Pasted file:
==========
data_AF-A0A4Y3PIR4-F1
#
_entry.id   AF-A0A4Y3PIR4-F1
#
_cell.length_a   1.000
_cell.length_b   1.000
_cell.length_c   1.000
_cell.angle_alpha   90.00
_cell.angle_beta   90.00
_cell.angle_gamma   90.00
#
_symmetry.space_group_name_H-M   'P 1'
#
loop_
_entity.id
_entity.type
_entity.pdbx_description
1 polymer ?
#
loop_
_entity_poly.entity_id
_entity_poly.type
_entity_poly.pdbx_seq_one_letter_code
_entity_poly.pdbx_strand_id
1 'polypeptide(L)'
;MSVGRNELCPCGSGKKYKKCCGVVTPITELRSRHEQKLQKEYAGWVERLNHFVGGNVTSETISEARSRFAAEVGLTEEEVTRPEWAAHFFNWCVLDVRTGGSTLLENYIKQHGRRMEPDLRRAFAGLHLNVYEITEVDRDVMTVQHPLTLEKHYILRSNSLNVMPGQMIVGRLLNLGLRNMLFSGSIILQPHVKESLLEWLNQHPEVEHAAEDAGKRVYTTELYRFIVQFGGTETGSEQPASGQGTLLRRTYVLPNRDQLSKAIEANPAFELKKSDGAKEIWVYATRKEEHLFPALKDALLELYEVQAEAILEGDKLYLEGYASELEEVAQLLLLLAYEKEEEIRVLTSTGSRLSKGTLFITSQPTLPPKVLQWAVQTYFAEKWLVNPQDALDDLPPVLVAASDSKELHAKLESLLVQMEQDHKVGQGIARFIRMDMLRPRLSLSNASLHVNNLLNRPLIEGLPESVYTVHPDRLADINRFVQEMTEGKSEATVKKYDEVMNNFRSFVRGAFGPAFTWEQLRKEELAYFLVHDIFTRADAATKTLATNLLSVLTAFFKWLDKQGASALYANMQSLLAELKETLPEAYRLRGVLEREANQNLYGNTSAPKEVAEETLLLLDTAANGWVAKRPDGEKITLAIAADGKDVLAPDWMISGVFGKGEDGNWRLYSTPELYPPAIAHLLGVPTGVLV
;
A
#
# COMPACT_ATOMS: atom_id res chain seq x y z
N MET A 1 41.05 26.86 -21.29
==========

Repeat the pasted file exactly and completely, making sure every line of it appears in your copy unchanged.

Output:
data_AF-A0A4Y3PIR4-F1
#
_entry.id   AF-A0A4Y3PIR4-F1
#
_cell.length_a   1.000
_cell.length_b   1.000
_cell.length_c   1.000
_cell.angle_alpha   90.00
_cell.angle_beta   90.00
_cell.angle_gamma   90.00
#
_symmetry.space_group_name_H-M   'P 1'
#
loop_
_entity.id
_entity.type
_entity.pdbx_description
1 polymer ?
#
loop_
_entity_poly.entity_id
_entity_poly.type
_entity_poly.pdbx_seq_one_letter_code
_entity_poly.pdbx_strand_id
1 'polypeptide(L)'
;MSVGRNELCPCGSGKKYKKCCGVVTPITELRSRHEQKLQKEYAGWVERLNHFVGGNVTSETISEARSRFAAEVGLTEEEVTRPEWAAHFFNWCVLDVRTGGSTLLENYIKQHGRRMEPDLRRAFAGLHLNVYEITEVDRDVMTVQHPLTLEKHYILRSNSLNVMPGQMIVGRLLNLGLRNMLFSGSIILQPHVKESLLEWLNQHPEVEHAAEDAGKRVYTTELYRFIVQFGGTETGSEQPASGQGTLLRRTYVLPNRDQLSKAIEANPAFELKKSDGAKEIWVYATRKEEHLFPALKDALLELYEVQAEAILEGDKLYLEGYASELEEVAQLLLLLAYEKEEEIRVLTSTGSRLSKGTLFITSQPTLPPKVLQWAVQTYFAEKWLVNPQDALDDLPPVLVAASDSKELHAKLESLLVQMEQDHKVGQGIARFIRMDMLRPRLSLSNASLHVNNLLNRPLIEGLPESVYTVHPDRLADINRFVQEMTEGKSEATVKKYDEVMNNFRSFVRGAFGPAFTWEQLRKEELAYFLVHDIFTRADAATKTLATNLLSVLTAFFKWLDKQGASALYANMQSLLAELKETLPEAYRLRGVLEREANQNLYGNTSAPKEVAEETLLLLDTAANGWVAKRPDGEKITLAIAADGKDVLAPDWMISGVFGKGEDGNWRLYSTPELYPPAIAHLLGVPTGVLV
;
A
#
# COMPACT_ATOMS: atom_id res chain seq x y z
N MET A 1 41.05 26.86 -21.29